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County jail inmate dies
Jail inmate Timothy Michael Clark died Tuesday, according to Henry County Sheriff Lane Perry. Clark had appeared to be normal shortly before he collapsed in the jail (above), Perry said. (Bulletin photo)
Video surveillance shows a Henry County Jail inmate who died early Tuesday was walking around and appeared normal minutes before he collapsed, according to Henry County Sheriff Lane Perry.
“He is up walking around and it appears that everything is OK. He appears normal,” Perry said.
Around 11:14 p.m. Monday, jailers were alerted by inmates that Timothy Michael Clark Jr., 28, of 291 Main St., Ridgeway, was experiencing a medical problem, and he was pronounced dead at 12:24 a.m. Tuesday at Memorial Hospital in Martinsville, according to Perry and a news release. The cause of death had not been determined.
Although there are additional tests pending, Perry said a preliminary autopsy report showed no signs of injuries from another person.
“There is nothing to indicate foul play at this time,” the sheriff added.
Clark was jailed in early September in connection with a number of charges, according to Perry.
Court records show those charges included grand larceny, statutory burglary of a dwelling to commit larceny, unlawfully shooting into an occupied dwelling, assault and batter of a family member, violate a protective order and reckless handling of a firearm. All of the alleged incidents were in August.
Clark’s case was set to be heard April 30, court records show.
Also, a single count of strangulation — also in connection with an alleged August incident — was not prosecuted, according to a February court record.
Clark was being housed in one of six jail cells arranged in a row, or cell-block, at the county jail on Kings Mountain Road, Perry said.
To his knowledge, Clark did not cause problems in the jail, Perry said.
The sheriff said there are several screens, or monitors, that corrections officers use to watch “the hallways, the cells and the isolation cells that are in use, and several years ago, we implemented a lot of new technology in the jail. ... There is a concreteness to being able to see the actions in a video, and this is one situation where it very much tells the story.”
Corrections officers working in the jail must perform what is called a documented medical round each night before locking the inmates into the individual six cells in the block for the night, the sheriff said. Usually there are two inmates in each of the six cells, he said.
Perry said jail records showed the medical round was done at 10:53 p.m. Monday, about 21 minutes before officers were told that Clark was experiencing a medical problem.
Additionally, another officer had been in Clark’s cell block between the medical round and the 11:14 p.m. alert from inmates, Perry said.
The video shows that “during this time frame, Mr. Clark appears to be of normal behavior. He is up walking around, and from watching his movement, he did not appear to be in distress,” Perry said.
Clark is seen in the video going into the cell he shares with one other inmate, Perry said. An inmate walks by and has a brief conversation with Clark, Perry said the video showed.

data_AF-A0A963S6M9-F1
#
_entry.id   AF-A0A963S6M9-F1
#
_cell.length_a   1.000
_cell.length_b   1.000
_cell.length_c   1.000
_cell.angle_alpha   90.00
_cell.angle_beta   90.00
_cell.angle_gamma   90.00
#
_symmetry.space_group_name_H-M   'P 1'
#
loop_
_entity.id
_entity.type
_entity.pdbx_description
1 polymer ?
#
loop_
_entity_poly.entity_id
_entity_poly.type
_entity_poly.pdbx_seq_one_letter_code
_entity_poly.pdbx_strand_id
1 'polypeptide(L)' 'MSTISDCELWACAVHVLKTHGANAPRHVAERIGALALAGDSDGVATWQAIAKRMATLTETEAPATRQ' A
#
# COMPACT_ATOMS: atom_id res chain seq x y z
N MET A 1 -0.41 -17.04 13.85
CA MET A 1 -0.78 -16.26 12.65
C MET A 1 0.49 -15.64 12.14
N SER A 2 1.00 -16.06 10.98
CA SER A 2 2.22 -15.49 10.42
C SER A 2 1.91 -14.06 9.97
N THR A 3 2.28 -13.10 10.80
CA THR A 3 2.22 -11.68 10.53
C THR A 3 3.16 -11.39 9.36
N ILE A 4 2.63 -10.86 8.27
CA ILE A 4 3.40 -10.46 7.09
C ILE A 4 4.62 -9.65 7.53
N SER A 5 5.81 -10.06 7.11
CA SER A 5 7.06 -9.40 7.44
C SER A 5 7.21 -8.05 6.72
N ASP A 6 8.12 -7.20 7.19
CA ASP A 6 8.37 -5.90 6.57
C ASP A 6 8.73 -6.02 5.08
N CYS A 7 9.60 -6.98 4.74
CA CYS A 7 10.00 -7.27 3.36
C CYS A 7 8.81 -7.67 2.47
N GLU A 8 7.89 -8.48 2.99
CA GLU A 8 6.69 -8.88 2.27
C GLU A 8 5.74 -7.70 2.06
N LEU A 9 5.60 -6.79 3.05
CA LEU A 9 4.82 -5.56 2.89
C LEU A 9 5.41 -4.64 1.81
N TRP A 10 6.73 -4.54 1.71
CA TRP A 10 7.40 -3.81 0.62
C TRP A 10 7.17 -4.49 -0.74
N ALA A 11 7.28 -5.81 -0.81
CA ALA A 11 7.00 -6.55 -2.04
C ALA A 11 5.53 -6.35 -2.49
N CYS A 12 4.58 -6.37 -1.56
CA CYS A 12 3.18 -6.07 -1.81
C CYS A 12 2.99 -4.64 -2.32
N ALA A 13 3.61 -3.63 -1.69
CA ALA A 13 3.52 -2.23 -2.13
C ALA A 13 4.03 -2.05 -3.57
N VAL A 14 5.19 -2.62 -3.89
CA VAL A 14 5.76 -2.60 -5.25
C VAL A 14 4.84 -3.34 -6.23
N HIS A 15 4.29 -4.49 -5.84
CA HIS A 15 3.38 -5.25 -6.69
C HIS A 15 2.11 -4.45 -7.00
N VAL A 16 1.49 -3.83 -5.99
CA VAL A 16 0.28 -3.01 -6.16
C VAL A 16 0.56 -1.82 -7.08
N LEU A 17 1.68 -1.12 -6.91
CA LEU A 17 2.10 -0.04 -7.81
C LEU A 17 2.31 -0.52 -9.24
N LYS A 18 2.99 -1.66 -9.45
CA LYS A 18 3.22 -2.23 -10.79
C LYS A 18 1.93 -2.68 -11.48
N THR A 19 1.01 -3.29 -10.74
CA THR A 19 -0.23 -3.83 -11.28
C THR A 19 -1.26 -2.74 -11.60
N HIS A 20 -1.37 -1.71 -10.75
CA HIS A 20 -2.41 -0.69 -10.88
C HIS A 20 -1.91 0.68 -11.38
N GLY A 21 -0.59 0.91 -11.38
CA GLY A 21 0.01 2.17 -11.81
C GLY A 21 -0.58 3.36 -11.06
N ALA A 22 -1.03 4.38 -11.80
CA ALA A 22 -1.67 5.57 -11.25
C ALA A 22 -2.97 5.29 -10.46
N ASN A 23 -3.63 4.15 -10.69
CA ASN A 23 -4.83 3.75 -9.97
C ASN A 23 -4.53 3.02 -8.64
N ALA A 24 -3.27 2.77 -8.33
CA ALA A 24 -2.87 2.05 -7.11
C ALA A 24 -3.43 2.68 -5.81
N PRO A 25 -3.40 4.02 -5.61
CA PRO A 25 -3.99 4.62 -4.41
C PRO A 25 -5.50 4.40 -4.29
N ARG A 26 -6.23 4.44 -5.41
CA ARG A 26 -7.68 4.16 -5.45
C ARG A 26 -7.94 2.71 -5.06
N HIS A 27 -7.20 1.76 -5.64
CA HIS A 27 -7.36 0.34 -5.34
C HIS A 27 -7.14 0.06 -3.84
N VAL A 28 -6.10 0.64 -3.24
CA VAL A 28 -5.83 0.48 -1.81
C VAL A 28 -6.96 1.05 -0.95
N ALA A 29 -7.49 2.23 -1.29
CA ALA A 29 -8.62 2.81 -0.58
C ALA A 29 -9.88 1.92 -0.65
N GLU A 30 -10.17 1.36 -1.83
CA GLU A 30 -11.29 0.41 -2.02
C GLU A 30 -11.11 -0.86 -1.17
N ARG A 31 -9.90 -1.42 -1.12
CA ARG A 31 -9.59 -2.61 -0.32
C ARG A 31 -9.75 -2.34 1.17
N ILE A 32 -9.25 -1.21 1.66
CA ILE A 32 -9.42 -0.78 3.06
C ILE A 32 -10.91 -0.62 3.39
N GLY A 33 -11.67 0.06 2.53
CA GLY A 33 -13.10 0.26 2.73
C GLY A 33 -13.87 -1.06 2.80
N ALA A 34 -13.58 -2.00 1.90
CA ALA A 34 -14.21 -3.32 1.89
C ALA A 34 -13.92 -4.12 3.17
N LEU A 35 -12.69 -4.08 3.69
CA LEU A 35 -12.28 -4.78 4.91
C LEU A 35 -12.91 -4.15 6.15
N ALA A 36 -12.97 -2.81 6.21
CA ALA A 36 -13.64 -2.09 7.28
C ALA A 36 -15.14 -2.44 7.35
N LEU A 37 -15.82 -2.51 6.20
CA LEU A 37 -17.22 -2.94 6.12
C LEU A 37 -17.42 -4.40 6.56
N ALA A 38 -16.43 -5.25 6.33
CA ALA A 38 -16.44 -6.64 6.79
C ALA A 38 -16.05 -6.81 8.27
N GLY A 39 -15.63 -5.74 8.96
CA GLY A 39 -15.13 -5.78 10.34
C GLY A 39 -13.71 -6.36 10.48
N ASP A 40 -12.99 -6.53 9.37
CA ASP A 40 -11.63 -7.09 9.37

Minutes later, another inmate walks by and signals to officers in the control room that something is amiss, the sheriff said.
Clark’s fellow inmates “were looking after him. When he collapsed, they were trying to get him out of the cell and help bring him back out into the hallway, working with our officers so lifesaving efforts could be done as quickly as possible,” Perry said.
The video shows that within one minute of being told that Clark was having a problem, “our officers are there and helping the inmates to get Mr. Clark out of the cell and doing resuscitation efforts. Within five minutes, an EMS crew is on the scene trying to revive him,” Perry said.
He added that a Henry County Public Safety EMS crew was nearby when the call went out and arrived at the jail within a “matter of minutes.”
Citing privacy concerns, the sheriff declined to say whether Clark had existing medical problems.
Perry said the EMS crew took Clark to Memorial Hospital in Martinsville, where the hospital staff continued to try to revive him. The efforts were not successful, and Clark was pronounced dead.
“We’ve obtained statements from officers and inmates, and the statements do match video footage,” Perry said. “We have extensively watched the video, and it shows the officers responded immediately and the inmates act(ing) immediately. Their actions showed an awareness and concern for Mr. Clark’s health. The inmates immediately notified us and helped in every way to get him where life-saving means could be applied. Everyone involved reacted immediately and worked professionally to do everything they could for Mr. Clark.”
Clark’s body was taken to the Medical Examiner’s Office in Roanoke for autopsy, Perry said.
“One of our investigators went to Roanoke for the autopsy this morning, and the autopsy already has been performed. There are other parts (of the autopsy) that are not complete, but the preliminary report showed there are no injuries caused by another inmate,” Perry said Tuesday afternoon.
“Mr. Clark did suffer a small injury from the fall” when he collapsed, “but there were no injuries as a result of foul play,” Perry said. “From the preliminary autopsy, video and statements, there is nothing to indicate foul play at this time.”
At this point, it’s still uncertain what caused the death, Perry said. Clark “was walking around one minute,” and the next minute, he was unresponsive, the sheriff added.
“I would ask that people would be in prayer for the family. Mr. Clark was a veteran who served his community and his country, and he does have children,” Perry said.Clark